As a student of classical art techniques and a professional Portrait artist, I was intrigued after seeing a number of incredibly sensitive yet powerful drawing by the 19th Century Russian artist, Ivan Kramskoy. These breathtaking drawings were created using a Russian medium I had never heard of before, something called "sauce" (saw-oose).
Kramskoi Shishkin Sauce
Although Kramskoy's finished sauce drawings were extraordinary examples of the quality of work which could be produced with sauce, I had no idea what sauce was.
Sauce has never been available in the United States, and hadn't been used in Russia to the fine quality of Kramskoy's work for the past 100 years. Recently I have been delighted to find that sauce is being imported from Russia and is available in the United States as "Yarka Sauce", distributed by Jack Richesen Co.
What is Sauce?
Sauce is a a pastel-like crayon made of Pigment, Chasov Yar Clay, and Carbon. It is nontoxic and has high light fastness. Tonally superior to charcoal, Sauce has a smooth, velvety appearance possessing incredible depth, solidity and subtlety, and dissolves completely in water to become a dense ink. Sauce comes in a compressed stick, but is not readily usable in this form. However, when the sauce sticks are crushed using a pestle and mortar, the resulting powder can be used in drawing and is extremely potent when mixed with water.
How to use sauce
Applying the sauce stain
Apply the powered sauce to a heavy weight printmaking paper by brushing the paper with the sauce pounce pad to create a sauce "stain". In charcoal, using a delicate touch, draw a simple silhouette, shadow mass, and simple placement of features.
(You can make a pounce pad by crushing the black sauce stick into a powder using a pestle and mortar, filling the foot end of a densely woven pair of tights with the powered sauce, and securing the end of the sock with a rubber band.)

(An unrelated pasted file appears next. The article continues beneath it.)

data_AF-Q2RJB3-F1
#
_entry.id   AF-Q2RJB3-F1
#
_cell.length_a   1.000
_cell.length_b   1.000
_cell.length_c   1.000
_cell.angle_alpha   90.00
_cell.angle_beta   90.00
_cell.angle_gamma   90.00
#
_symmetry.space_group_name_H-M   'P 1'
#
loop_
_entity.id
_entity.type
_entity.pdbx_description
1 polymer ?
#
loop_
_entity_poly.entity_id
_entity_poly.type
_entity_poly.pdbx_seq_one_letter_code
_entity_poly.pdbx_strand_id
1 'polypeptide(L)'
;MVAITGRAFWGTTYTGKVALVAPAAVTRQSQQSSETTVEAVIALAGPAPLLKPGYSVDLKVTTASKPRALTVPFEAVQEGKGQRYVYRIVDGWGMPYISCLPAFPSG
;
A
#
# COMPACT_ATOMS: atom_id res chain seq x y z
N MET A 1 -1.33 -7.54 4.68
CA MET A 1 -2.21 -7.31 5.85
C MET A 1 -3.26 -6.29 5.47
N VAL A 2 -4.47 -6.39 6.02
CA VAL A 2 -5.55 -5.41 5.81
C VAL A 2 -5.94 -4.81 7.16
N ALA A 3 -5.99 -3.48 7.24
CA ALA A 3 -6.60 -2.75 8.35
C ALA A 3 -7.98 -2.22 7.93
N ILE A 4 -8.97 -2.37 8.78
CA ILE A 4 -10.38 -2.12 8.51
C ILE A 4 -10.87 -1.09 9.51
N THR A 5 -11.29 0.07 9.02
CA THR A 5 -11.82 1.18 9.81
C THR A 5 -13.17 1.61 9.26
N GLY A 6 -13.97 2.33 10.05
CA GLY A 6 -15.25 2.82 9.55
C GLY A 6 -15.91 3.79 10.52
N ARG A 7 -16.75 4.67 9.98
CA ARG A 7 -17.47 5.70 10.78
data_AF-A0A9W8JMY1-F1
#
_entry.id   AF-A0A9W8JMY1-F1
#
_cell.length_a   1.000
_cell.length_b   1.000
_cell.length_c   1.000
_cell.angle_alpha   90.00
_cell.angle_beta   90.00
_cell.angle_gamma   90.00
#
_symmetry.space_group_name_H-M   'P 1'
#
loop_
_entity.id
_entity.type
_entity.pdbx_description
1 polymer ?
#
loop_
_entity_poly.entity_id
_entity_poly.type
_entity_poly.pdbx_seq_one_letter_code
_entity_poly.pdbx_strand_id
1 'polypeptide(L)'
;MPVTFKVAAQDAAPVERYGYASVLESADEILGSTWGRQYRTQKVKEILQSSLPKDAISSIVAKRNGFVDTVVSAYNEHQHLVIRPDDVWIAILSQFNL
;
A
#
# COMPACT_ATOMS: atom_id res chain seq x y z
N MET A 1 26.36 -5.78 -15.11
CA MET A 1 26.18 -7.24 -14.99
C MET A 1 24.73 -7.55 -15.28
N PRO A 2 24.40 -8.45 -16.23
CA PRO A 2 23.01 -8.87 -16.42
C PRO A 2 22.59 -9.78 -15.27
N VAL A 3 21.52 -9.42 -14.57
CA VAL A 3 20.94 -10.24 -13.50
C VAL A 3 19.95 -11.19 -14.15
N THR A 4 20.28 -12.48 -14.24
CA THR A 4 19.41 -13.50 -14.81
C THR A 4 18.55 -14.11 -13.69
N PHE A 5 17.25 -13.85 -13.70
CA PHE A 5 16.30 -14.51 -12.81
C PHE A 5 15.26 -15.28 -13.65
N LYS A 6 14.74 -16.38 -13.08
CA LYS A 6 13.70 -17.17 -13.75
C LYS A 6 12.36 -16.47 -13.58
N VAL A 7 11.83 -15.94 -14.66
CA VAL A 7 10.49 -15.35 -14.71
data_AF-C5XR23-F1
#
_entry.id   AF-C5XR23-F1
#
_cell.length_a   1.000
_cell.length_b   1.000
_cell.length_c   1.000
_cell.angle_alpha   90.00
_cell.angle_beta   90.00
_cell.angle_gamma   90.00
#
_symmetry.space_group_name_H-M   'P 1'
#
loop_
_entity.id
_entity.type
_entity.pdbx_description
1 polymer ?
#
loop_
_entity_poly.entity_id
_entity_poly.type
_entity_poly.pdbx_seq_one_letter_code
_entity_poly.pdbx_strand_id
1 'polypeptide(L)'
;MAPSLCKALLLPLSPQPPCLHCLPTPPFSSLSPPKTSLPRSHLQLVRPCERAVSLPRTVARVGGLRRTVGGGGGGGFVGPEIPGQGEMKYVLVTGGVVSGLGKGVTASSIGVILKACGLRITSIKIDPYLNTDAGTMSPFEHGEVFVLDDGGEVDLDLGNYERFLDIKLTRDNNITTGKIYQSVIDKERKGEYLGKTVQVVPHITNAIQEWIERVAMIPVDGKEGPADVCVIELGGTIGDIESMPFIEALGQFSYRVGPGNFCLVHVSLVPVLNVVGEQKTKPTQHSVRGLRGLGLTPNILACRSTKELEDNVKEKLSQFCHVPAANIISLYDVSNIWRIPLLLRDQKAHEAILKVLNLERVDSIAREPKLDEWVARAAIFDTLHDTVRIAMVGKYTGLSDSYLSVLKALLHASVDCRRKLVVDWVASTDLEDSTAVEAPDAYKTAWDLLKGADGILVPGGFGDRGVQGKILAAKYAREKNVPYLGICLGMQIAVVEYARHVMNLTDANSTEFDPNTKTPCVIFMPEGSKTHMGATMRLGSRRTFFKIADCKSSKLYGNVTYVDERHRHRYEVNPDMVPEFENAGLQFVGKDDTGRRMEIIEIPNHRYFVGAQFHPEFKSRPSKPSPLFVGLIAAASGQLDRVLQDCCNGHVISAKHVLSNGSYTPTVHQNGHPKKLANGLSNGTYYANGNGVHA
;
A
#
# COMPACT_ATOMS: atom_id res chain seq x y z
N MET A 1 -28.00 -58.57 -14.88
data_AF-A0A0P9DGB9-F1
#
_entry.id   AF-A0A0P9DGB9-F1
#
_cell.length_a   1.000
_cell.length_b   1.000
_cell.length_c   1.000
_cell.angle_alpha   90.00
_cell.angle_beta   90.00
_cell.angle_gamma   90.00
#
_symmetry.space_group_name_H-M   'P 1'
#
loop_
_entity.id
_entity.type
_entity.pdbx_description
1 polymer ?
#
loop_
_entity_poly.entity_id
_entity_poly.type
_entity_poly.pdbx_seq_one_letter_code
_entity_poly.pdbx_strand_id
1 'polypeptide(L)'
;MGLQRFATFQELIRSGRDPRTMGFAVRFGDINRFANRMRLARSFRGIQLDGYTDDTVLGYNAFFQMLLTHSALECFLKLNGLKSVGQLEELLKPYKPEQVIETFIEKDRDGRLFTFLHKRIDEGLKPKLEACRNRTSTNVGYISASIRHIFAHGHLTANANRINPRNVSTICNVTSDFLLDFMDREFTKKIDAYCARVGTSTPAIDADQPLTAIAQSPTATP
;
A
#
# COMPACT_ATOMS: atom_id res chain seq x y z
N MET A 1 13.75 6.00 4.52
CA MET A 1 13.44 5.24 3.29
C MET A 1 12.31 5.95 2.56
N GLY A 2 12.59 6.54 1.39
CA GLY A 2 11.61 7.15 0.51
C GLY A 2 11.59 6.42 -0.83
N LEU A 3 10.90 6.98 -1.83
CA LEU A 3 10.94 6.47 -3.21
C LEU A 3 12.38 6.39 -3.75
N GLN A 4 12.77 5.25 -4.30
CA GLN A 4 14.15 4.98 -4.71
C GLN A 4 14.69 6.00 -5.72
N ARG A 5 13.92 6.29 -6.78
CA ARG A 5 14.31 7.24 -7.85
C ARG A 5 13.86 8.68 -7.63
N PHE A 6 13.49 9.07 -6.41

Use a #4 bristle brush or the pounce pad to apply dry powdered sauce, controlling the value range by applying greater concentrations of the powered sauce. For the skin areas in the light, push the sauce into the paper with a tortillion. The harder you push, the darker the sauce becomes. It is easy to control the very subtle value range in this way.
An example of the Sauce Technique
When a true value and accurate drawing is achieved, dip a watercolor brush into clear water and brush over the sauce. The sauce immediately dissolves into the water increasing in value by one to two steps. You can also use the sauce like an ink wash. Mix the powered sauce with water to create a very dense inky black liquid. The value of the wash can be controlled by the amount of water to sauce mix.
If the dry sauce is either brushed on or applied with a stump, it is easily removed with a kneaded eraser. It is harder to fine tune the drawing in areas where water was added to the sauce. You can remove the sauce/water sealed areas to a limited degree with an ink eraser. To a certain extent in the dark areas, it is also possible to lift the sauce wash by saturating the area with clear water and blotting with tissue.
As a final touch, a small amount of Instant White, a water based opaque paint, can be used to indicate the catch light in the eyes and on the nose.
Sauce is a very intriguing material and has the potential of incredible depth, solidity, and subtlety. I was impressed with its ease in application, expediency, tonal range, and final product. With its history and the magnificent results that can be achieved, it is an extremely valuable addition to the other archival drawing material.